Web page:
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Shanti Swaroop Bhatnagar Biography

Shanti Swaroop Bhatnagar Biography

శాంతి స్వరూప్ భట్నాగర్ జీవిత చరిత్ర

Sir Shanti Swaroop Bhatnagar (21 February 1894 – 1 January 1955) was an Indian colloid chemist, academic and scientific administrator. The first director-general of the Council of Scientific and Industrial Research (CSIR), he is revered as the "father of research laboratories" in India.He was also the first Chairman of the University Grants Commission (India) (UGC).

Early life

Bhatnagar was born in the Bhera, Punjab region of British India, in a Hindu kayastha family. His father, Parmeshwari Sahai Bhatnagar, died when he was eight months old, and he spent his childhood in the house of his maternal grandfather, an engineer, who helped him develop a liking for science and engineering. He enjoyed building mechanical toys, electronic batteries, and string telephones. From his maternal family he also inherited a gift of poetry.He completed his elementary education from the Dayanand Anglo-Vedic High School, Sikandrabad (Bulandshahr). In 1911 he joined the newly established Dayal Singh College, Lahore, where he became an active member of the Saraswati Stage Society and earned a good reputation as an actor. Bhatnagar passed the Intermediate Examination of the Punjab University in 1913 in first class and joined the Forman Christian College,where he obtained a BSc in physics in 1916, and a MSc in chemistry in 1919.

Education and early research

Bhatnagar was awarded a scholarship by the Dayal Singh College Trust to study abroad, and he left for America via England. The Trustee permitted him to join the University College London under chemistry professor Frederick G. Donnan. He earned his Doctorate in Science in 1921. While in London, he was supported by the British Department of Scientific and Industrial Research with a fellowship of £250 a year. In August 1921, he returned to India and immediately joined the newly established Banaras Hindu University (BHU) as a professor of chemistry, where he remained for three years. He then moved to Lahore as a Professor of Physical Chemistry and Director of University Chemical Laboratories of the University of the Punjab. This portion of his career was the most active period of his life in original scientific work. His research interests included emulsions, colloids, and industrial chemistry, but his fundamental contributions were in the field of magneto-chemistry, the use of magnetism for the study of chemical reactions. In 1928 he and K.N. Mathur jointly developed the Bhatnagar-Mathur Magnetic Interference Balance, which was one of the most sensitive instruments at the time for measuring magnetic properties.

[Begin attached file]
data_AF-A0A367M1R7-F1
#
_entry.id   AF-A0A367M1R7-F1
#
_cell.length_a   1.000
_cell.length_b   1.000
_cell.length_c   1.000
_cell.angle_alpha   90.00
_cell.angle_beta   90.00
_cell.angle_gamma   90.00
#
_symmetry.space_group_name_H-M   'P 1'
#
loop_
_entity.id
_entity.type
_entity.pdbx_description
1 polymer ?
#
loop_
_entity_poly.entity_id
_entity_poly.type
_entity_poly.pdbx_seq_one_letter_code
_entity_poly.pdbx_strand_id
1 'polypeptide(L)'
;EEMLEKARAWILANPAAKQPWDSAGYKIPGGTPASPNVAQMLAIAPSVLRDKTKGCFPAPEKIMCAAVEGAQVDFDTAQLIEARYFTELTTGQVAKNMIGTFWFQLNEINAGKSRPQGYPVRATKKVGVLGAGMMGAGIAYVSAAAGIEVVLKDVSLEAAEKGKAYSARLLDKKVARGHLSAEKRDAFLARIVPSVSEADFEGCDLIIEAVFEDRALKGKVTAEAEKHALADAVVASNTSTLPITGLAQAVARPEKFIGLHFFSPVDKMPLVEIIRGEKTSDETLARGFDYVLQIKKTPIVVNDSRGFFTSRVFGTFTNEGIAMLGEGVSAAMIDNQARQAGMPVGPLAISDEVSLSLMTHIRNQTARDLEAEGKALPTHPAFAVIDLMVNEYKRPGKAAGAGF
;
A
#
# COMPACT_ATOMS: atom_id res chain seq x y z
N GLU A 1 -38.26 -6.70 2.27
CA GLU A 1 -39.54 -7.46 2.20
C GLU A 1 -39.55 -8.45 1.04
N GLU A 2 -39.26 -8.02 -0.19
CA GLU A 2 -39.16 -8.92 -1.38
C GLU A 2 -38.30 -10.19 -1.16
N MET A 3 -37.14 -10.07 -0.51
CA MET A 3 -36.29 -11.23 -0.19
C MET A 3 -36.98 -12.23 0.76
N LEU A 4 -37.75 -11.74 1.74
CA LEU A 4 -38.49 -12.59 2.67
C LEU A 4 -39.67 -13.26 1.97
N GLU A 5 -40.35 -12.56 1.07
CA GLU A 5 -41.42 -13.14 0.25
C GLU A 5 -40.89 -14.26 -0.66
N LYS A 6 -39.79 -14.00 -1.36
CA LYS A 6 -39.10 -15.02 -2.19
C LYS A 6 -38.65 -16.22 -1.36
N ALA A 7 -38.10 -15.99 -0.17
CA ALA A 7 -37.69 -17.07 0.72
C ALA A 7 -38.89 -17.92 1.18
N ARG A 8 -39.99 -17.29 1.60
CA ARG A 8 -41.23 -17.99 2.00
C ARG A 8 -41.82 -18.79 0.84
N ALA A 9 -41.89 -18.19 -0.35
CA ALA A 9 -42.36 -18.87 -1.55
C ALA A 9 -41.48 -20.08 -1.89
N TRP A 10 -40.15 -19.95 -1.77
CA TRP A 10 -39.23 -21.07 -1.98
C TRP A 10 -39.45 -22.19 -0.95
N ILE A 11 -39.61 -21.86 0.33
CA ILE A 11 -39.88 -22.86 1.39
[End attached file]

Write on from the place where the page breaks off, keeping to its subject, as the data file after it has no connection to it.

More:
Professional career

His major innovation was an improvement of the procedure for drilling crude oil. The Attock Oil Company at Rawalpindi (representative of Messers Steel Brothers & Co London) had confronted a peculiar problem, wherein the mud used for the drilling operation was hardened upon contact with saline water, thereby clogging the drill holes. Bhatnagar realised that this problem could be solved by colloidal chemistry. He added an Indian gum, which had the remarkable property of lowering the viscosity of the mud suspension and of increasing at the same time its stability against the flocculating action of electrolytes. M/s Steel Brothers was so pleased that they offered Bhatnagar a sum of Rs. 1,50,000/- for research work on any subject related to petroleum. The company placed the fund through the university and it was used to establish the Department of Petroleum Research under the guidance of Bhatnagar. Investigations carried out under this collaborative scheme included deodorization of waxes, increasing flame height of kerosene and utilization of waste products in the vegetable oil and mineral oil industries.

After India acquired independence, the Council of Scientific and Industrial Research (CSIR) was set up under the chairmanship of Dr. Bhatnagar, who became its first director-general. He is credited with establishing laboratories like the Central Food Processing Technological Institute, Mysore, National Chemical Laboratory, Pune, the National Physical Laboratory, New Delhi, the National Metallurgical Laboratory, Jamshedpur, the Central Fuel Institute, Dhanbad among others, and became known as the “The Father of Research Laboratories”.

The CSIR, to honour his memory, established the Shanti Swarup Bhatnagar Award for eminent scientists.

He died of a heart attack on 1 January 1955, at the age of 60.

Honours and recognition

Batnagar Award

Shanti Swarup Bhatnagar Avada is one of the best in the field of Indian science, which gives every year recognition for the services provided by scientists in the fields of science and technology.

He was awarded Padma Bhushan by the government of India in 1954. 

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